Pictures & Words: Griz Shake Drops of Wiz Heartbreak 116-111 | Truth About It.net

Pictures & Words: Griz Shake Drops of Wiz Heartbreak 116-111

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Updated: December 29, 2009

Some also call Zach, “El Toro”

{he had 19 total rebounds, 6 offensive}

The duo of Zach Randolph and Marc Gasol were too much for the Wizards to handle. They combined for 43 points and 30 rebounds.

Washington doesn’t have a guy who can take up space in the paint, and that hurts them on both offense and defense. Brendan Haywood has size, but is not agile. Antawn Jamison put up a good fight against Randolph the Bull, but just doesn’t have the size.

The Wizards are missing a dependable post player who can play with his back to the basket and pass (think the Kevin Garnett Flip had in Minnesota or the Rasheed Wallace he had in Detroit).

Andray Blatche can pass, but he’s also Andray Blatche. Plus, ‘Dray doesn’t have a back to the basket game that will make opponents double. Jamison can score in a variety of ways in the post, but once the ball goes into him, he’s going to shoot, not pass. And Brendan Haywood … well, he’s got phone books for hands.

Once again Flip Saunders’ team provided an inconsistent effort, especially on the offensive end. Agent Zero kept the Wizards in the game at times with his long distance marksmanship. Jamison and Butler each pitched in with 24 points.

But it was the bench that came up way short. Nick Young played okay with seven points. But Blatche only had one bucket, a big three at the end of the third set up by an Arenas drive, and Earl Boykins put up a goose egg in seven field-goal attempts. Boykins did, however, have six assists to one turnover.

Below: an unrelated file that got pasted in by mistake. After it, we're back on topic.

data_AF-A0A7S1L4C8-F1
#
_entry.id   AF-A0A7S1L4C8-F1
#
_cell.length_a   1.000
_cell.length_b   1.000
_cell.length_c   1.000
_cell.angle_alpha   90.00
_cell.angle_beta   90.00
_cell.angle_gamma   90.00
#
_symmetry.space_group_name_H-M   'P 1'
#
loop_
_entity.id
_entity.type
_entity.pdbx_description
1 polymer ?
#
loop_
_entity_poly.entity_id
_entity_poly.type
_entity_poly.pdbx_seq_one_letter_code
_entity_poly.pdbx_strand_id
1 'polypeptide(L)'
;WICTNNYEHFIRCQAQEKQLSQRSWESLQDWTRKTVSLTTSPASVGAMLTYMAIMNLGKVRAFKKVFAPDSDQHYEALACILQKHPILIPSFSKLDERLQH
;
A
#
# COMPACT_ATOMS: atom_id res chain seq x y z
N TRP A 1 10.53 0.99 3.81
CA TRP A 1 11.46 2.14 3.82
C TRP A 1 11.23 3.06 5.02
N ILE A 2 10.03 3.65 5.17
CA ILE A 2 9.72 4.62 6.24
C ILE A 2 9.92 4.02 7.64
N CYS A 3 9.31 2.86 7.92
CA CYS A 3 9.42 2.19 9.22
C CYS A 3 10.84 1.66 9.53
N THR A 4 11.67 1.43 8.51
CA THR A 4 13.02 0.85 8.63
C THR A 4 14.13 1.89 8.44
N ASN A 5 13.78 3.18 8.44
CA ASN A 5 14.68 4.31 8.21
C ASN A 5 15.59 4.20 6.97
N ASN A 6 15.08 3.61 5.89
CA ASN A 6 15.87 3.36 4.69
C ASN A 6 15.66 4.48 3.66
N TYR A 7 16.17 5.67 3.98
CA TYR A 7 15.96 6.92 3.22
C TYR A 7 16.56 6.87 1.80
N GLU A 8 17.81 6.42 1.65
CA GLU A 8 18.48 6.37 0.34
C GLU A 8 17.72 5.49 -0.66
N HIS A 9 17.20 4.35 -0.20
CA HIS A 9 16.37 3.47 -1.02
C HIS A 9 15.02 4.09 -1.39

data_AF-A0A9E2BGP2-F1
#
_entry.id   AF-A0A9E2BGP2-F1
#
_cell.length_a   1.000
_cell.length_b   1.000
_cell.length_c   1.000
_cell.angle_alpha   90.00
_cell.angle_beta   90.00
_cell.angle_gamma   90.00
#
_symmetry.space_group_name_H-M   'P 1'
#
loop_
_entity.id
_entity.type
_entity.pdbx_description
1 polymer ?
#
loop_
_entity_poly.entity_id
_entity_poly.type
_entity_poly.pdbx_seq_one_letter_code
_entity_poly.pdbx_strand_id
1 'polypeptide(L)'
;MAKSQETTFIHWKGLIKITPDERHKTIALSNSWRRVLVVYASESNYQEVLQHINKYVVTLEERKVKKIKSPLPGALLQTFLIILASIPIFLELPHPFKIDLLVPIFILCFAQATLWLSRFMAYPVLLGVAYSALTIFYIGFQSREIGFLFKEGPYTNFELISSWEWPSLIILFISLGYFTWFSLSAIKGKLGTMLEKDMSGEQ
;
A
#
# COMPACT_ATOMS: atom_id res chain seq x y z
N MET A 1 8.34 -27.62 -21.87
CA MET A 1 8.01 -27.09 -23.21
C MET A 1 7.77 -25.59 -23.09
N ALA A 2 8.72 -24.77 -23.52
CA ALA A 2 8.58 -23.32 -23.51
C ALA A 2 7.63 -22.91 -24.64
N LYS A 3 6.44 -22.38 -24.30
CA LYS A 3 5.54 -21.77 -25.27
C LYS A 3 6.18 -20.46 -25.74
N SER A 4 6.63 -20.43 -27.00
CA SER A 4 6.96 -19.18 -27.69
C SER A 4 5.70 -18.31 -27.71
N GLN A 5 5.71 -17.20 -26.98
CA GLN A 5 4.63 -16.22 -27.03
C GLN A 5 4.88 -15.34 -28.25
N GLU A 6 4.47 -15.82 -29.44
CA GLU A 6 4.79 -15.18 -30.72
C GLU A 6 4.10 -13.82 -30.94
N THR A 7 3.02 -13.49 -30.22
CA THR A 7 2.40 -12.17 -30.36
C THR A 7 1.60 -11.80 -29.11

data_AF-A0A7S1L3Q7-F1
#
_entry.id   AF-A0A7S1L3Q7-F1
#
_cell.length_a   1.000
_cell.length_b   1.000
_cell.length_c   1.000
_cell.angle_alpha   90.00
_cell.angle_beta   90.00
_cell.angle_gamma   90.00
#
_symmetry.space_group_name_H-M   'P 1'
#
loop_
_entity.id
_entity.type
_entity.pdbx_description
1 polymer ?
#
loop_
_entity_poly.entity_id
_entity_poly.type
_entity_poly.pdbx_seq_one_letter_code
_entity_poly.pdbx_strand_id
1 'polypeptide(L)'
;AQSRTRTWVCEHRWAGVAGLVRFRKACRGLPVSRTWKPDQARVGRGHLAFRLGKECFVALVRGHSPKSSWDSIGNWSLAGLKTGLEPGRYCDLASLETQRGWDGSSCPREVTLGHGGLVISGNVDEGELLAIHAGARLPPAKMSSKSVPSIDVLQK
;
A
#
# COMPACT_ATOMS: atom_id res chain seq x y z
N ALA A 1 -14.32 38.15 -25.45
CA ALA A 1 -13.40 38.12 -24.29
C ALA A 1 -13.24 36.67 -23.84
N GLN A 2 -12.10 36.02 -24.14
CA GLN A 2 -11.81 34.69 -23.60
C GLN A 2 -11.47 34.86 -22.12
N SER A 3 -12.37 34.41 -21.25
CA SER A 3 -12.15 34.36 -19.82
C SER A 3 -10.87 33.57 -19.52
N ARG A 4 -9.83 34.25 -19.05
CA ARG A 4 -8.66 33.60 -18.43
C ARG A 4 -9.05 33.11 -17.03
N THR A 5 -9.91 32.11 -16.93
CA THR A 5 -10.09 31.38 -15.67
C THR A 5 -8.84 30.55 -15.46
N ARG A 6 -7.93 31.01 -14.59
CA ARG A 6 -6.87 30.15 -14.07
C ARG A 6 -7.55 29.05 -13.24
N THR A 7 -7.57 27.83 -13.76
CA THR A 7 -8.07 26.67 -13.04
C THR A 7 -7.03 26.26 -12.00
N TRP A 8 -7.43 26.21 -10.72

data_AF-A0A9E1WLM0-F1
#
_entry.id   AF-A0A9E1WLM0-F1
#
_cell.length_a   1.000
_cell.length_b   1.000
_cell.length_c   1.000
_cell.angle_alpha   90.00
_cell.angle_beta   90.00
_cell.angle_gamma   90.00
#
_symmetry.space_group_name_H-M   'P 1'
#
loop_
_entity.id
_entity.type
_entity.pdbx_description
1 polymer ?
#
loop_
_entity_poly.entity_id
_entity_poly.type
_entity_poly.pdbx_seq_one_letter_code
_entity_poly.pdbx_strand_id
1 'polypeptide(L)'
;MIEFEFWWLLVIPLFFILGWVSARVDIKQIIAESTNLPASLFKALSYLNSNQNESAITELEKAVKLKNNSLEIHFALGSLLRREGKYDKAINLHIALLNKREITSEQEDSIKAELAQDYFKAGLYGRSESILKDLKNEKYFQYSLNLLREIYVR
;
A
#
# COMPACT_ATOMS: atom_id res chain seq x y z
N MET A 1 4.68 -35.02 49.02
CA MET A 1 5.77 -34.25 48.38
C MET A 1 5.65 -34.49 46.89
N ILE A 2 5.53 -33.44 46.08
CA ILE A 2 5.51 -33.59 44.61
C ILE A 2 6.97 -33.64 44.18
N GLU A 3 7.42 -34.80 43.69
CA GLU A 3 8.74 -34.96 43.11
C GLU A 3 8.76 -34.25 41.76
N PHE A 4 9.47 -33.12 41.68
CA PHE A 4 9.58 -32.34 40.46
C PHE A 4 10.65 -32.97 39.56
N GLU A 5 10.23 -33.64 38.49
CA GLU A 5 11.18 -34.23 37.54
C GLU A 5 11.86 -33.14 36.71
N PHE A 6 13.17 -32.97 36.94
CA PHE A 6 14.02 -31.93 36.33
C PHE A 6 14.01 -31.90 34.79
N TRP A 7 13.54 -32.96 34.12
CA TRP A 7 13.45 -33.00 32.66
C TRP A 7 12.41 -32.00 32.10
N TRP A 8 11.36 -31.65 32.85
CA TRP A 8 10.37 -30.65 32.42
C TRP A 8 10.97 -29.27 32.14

Gilbert Arenas had an eFG% of .558.

eFG% adjusts for the fact that a 3-point field goal is worth one more point than a 2-point field goal.

The rest of the Wizards had an eFG% of .471.

Speaking of Earl Boykins … there clearly wasn’t much he could do above. But more and more, I don’t like playing him.  He affects a lot of possessions negatively on defense and his dribbles are erratic.

Case in point, the possession at the end of the second quarter when Earl held onto the ball for so long before firing up some crazy runner from almost the three point line with two seconds on the shot clock. He missed.

A hurtful, memorable play:

6:28, 4th Q - With a chance to score four quick points and cut Memphis’ lead to six, Arenas got his second steal in a row and passed the ball ahead to Boykins. Earl usually has to worry about getting blocked … so with a breakaway layup opportunity, he got the ball caught on his hip and stripped by Mayo. The Grizzlies quickly went in the other direction and Gasol tipped in a Randolph miss in transition. The Memphis lead got pushed back to 10.

Hey, at least Boykins didn’t play at the end of the fourth and Randy Foye showed a basketball pulse with strong signs of aggressiveness.

There are many factors for losing in this seemingly perpetual “process” of a team trying to play more like a team.

Missed free-throws stand out. From the 2:30 to the 0:30 mark in the 4th, Haywood and Jamison combined to shoot 3-6 from the charity stripe (Brendan went 2-4, Antawn 1-2).

After posting a career-high .735 FT% just two years ago, said to be courtesy of Dave Hopla by many, Haywood is now back to shooting .604 from the line. Not his career worst, but a major step back.

Jamison’s .685 from the free-line is his worst since he joined the Wizards. Antawn has only shot worse from the stripe in two other seasons, his first two in the NBA.

Free-throws are just a small part of the larger equation of losing. When some things go wrong, it seems like just about everything goes wrong. There’s still talk from the Wizards about not getting the “breaks” that they need. And it’s still clear that Wizards fans are watching a team that just doesn’t know how to win.


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